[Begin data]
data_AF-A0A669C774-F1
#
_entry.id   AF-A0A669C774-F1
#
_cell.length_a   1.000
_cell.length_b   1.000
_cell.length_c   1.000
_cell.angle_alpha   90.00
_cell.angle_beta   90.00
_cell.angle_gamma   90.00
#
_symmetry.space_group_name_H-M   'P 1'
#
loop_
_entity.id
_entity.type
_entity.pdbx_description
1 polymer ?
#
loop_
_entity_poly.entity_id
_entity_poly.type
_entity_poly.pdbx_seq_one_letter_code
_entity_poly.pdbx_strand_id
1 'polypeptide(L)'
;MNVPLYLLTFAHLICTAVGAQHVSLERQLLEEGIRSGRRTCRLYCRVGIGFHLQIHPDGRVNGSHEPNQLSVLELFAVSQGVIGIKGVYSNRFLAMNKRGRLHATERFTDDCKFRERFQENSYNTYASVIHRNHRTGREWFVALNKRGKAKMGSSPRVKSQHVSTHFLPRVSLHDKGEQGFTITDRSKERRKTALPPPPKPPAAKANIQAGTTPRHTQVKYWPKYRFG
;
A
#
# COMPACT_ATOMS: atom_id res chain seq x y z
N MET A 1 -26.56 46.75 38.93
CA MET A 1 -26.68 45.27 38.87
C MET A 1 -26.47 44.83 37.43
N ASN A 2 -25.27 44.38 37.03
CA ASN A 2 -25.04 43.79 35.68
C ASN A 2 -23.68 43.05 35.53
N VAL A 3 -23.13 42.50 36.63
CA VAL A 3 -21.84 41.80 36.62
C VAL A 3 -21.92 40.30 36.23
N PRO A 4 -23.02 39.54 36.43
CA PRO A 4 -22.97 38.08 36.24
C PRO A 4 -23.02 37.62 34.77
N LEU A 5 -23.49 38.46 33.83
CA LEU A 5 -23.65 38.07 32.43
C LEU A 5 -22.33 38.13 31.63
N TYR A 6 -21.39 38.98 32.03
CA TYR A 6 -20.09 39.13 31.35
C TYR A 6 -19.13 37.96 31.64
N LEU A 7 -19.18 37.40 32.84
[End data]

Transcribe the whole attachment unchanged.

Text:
data_AF-A0A669C774-F1
#
_entry.id   AF-A0A669C774-F1
#
_cell.length_a   1.000
_cell.length_b   1.000
_cell.length_c   1.000
_cell.angle_alpha   90.00
_cell.angle_beta   90.00
_cell.angle_gamma   90.00
#
_symmetry.space_group_name_H-M   'P 1'
#
loop_
_entity.id
_entity.type
_entity.pdbx_description
1 polymer ?
#
loop_
_entity_poly.entity_id
_entity_poly.type
_entity_poly.pdbx_seq_one_letter_code
_entity_poly.pdbx_strand_id
1 'polypeptide(L)'
;MNVPLYLLTFAHLICTAVGAQHVSLERQLLEEGIRSGRRTCRLYCRVGIGFHLQIHPDGRVNGSHEPNQLSVLELFAVSQGVIGIKGVYSNRFLAMNKRGRLHATERFTDDCKFRERFQENSYNTYASVIHRNHRTGREWFVALNKRGKAKMGSSPRVKSQHVSTHFLPRVSLHDKGEQGFTITDRSKERRKTALPPPPKPPAAKANIQAGTTPRHTQVKYWPKYRFG
;
A
#
# COMPACT_ATOMS: atom_id res chain seq x y z
N MET A 1 -26.56 46.75 38.93
CA MET A 1 -26.68 45.27 38.87
C MET A 1 -26.47 44.83 37.43
N ASN A 2 -25.27 44.38 37.03
CA ASN A 2 -25.04 43.79 35.68
C ASN A 2 -23.68 43.05 35.53
N VAL A 3 -23.13 42.50 36.63
CA VAL A 3 -21.84 41.80 36.62
C VAL A 3 -21.92 40.30 36.23
N PRO A 4 -23.02 39.54 36.43
CA PRO A 4 -22.97 38.08 36.24
C PRO A 4 -23.02 37.62 34.77
N LEU A 5 -23.49 38.46 33.83
CA LEU A 5 -23.65 38.07 32.43
C LEU A 5 -22.33 38.13 31.63
N TYR A 6 -21.39 38.98 32.03
CA TYR A 6 -20.09 39.13 31.35
C TYR A 6 -19.13 37.96 31.64
N LEU A 7 -19.18 37.40 32.84